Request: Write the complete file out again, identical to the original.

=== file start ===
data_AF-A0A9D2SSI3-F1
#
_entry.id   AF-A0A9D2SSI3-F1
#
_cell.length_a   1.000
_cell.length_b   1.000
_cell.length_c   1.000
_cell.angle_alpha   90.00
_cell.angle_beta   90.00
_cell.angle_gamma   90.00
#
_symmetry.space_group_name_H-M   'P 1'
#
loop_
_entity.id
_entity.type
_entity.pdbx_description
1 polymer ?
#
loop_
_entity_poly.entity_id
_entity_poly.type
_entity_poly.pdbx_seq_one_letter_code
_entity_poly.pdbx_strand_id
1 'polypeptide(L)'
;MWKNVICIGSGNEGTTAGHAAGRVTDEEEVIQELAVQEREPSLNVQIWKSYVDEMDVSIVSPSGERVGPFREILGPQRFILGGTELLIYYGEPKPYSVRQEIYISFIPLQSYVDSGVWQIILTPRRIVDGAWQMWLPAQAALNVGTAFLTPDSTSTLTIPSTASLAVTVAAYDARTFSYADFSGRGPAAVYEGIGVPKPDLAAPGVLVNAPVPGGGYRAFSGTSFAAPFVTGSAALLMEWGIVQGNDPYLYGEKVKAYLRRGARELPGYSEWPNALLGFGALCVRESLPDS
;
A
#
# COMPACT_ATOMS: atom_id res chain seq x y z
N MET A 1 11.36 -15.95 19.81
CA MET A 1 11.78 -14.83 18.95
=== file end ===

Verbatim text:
data_AF-A0A9D2SSI3-F1
#
_entry.id   AF-A0A9D2SSI3-F1
#
_cell.length_a   1.000
_cell.length_b   1.000
_cell.length_c   1.000
_cell.angle_alpha   90.00
_cell.angle_beta   90.00
_cell.angle_gamma   90.00
#
_symmetry.space_group_name_H-M   'P 1'
#
loop_
_entity.id
_entity.type
_entity.pdbx_description
1 polymer ?
#
loop_
_entity_poly.entity_id
_entity_poly.type
_entity_poly.pdbx_seq_one_letter_code
_entity_poly.pdbx_strand_id
1 'polypeptide(L)'
;MWKNVICIGSGNEGTTAGHAAGRVTDEEEVIQELAVQEREPSLNVQIWKSYVDEMDVSIVSPSGERVGPFREILGPQRFILGGTELLIYYGEPKPYSVRQEIYISFIPLQSYVDSGVWQIILTPRRIVDGAWQMWLPAQAALNVGTAFLTPDSTSTLTIPSTASLAVTVAAYDARTFSYADFSGRGPAAVYEGIGVPKPDLAAPGVLVNAPVPGGGYRAFSGTSFAAPFVTGSAALLMEWGIVQGNDPYLYGEKVKAYLRRGARELPGYSEWPNALLGFGALCVRESLPDS
;
A
#
# COMPACT_ATOMS: atom_id res chain seq x y z
N MET A 1 11.36 -15.95 19.81
CA MET A 1 11.78 -14.83 18.95